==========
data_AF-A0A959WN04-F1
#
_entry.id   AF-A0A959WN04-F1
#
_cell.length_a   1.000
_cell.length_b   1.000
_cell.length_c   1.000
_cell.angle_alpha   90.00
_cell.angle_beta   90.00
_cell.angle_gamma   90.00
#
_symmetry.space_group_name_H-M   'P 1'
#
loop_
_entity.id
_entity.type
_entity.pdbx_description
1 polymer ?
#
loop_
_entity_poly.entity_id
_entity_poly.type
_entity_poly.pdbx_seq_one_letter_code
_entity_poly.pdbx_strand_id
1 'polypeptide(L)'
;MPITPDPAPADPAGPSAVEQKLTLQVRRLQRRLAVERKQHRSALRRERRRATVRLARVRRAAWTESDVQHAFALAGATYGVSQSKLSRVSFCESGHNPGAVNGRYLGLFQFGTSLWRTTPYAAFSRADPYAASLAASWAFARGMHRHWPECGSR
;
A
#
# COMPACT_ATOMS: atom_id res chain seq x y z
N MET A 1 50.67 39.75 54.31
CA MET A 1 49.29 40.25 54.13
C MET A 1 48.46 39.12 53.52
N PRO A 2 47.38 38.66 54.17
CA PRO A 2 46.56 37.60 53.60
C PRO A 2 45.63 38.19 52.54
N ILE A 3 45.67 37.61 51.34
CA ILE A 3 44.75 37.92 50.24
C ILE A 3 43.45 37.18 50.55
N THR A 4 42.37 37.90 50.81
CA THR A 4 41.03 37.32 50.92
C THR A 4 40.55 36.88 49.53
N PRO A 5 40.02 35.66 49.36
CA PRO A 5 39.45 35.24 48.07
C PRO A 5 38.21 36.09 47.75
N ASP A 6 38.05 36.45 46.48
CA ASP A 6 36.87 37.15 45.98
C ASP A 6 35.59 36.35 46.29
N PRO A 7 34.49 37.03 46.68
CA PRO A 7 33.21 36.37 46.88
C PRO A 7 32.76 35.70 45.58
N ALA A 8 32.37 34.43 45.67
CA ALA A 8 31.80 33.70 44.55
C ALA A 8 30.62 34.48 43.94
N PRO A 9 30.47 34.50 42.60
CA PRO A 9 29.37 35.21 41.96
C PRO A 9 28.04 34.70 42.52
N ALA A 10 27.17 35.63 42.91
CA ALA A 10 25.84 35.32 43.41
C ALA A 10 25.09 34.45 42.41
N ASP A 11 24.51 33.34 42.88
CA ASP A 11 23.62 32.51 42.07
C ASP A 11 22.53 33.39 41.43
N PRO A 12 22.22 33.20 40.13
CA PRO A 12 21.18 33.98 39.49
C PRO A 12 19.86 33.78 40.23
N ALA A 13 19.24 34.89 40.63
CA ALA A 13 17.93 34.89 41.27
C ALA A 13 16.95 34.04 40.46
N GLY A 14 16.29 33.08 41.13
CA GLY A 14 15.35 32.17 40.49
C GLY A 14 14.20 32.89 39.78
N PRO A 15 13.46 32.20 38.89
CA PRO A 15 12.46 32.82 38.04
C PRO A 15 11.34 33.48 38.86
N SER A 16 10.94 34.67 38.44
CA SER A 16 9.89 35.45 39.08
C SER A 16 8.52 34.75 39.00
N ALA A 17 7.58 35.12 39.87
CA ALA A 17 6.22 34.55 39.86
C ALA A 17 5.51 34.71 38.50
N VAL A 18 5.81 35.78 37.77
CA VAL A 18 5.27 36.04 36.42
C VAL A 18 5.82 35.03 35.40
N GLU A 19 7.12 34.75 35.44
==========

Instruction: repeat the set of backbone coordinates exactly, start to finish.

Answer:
data_AF-A0A959WN04-F1
#
_entry.id   AF-A0A959WN04-F1
#
_cell.length_a   1.000
_cell.length_b   1.000
_cell.length_c   1.000
_cell.angle_alpha   90.00
_cell.angle_beta   90.00
_cell.angle_gamma   90.00
#
_symmetry.space_group_name_H-M   'P 1'
#
loop_
_entity.id
_entity.type
_entity.pdbx_description
1 polymer ?
#
loop_
_entity_poly.entity_id
_entity_poly.type
_entity_poly.pdbx_seq_one_letter_code
_entity_poly.pdbx_strand_id
1 'polypeptide(L)'
;MPITPDPAPADPAGPSAVEQKLTLQVRRLQRRLAVERKQHRSALRRERRRATVRLARVRRAAWTESDVQHAFALAGATYGVSQSKLSRVSFCESGHNPGAVNGRYLGLFQFGTSLWRTTPYAAFSRADPYAASLAASWAFARGMHRHWPECGSR
;
A
#
# COMPACT_ATOMS: atom_id res chain seq x y z
N MET A 1 50.67 39.75 54.31
CA MET A 1 49.29 40.25 54.13
C MET A 1 48.46 39.12 53.52
N PRO A 2 47.38 38.66 54.17
CA PRO A 2 46.56 37.60 53.60
C PRO A 2 45.63 38.19 52.54
N ILE A 3 45.67 37.61 51.34
CA ILE A 3 44.75 37.92 50.24
C ILE A 3 43.45 37.18 50.55
N THR A 4 42.37 37.90 50.81
CA THR A 4 41.03 37.32 50.92
C THR A 4 40.55 36.88 49.53
N PRO A 5 40.02 35.66 49.36
CA PRO A 5 39.45 35.24 48.07
C PRO A 5 38.21 36.09 47.75
N ASP A 6 38.05 36.45 46.48
CA ASP A 6 36.87 37.15 45.98
C ASP A 6 35.59 36.35 46.29
N PRO A 7 34.49 37.03 46.68
CA PRO A 7 33.21 36.37 46.88
C PRO A 7 32.76 35.70 45.58
N ALA A 8 32.37 34.43 45.67
CA ALA A 8 31.80 33.70 44.55
C ALA A 8 30.62 34.48 43.94
N PRO A 9 30.47 34.50 42.60
CA PRO A 9 29.37 35.21 41.96
C PRO A 9 28.04 34.70 42.52
N ALA A 10 27.17 35.63 42.91
CA ALA A 10 25.84 35.32 43.41
C ALA A 10 25.09 34.45 42.41
N ASP A 11 24.51 33.34 42.88
CA ASP A 11 23.62 32.51 42.07
C ASP A 11 22.53 33.39 41.43
N PRO A 12 22.22 33.20 40.13
CA PRO A 12 21.18 33.98 39.49
C PRO A 12 19.86 33.78 40.23
N ALA A 13 19.24 34.89 40.63
CA ALA A 13 17.93 34.89 41.27
C ALA A 13 16.95 34.04 40.46
N GLY A 14 16.29 33.08 41.13
CA GLY A 14 15.35 32.17 40.49
C GLY A 14 14.20 32.89 39.78
N PRO A 15 13.46 32.20 38.89
CA PRO A 15 12.46 32.82 38.04
C PRO A 15 11.34 33.48 38.86
N SER A 16 10.94 34.67 38.44
CA SER A 16 9.89 35.45 39.08
C SER A 16 8.52 34.75 39.00
N ALA A 17 7.58 35.12 39.87
CA ALA A 17 6.22 34.55 39.86
C ALA A 17 5.51 34.71 38.50
N VAL A 18 5.81 35.78 37.77
CA VAL A 18 5.27 36.04 36.42
C VAL A 18 5.82 35.03 35.40
N GLU A 19 7.12 34.75 35.44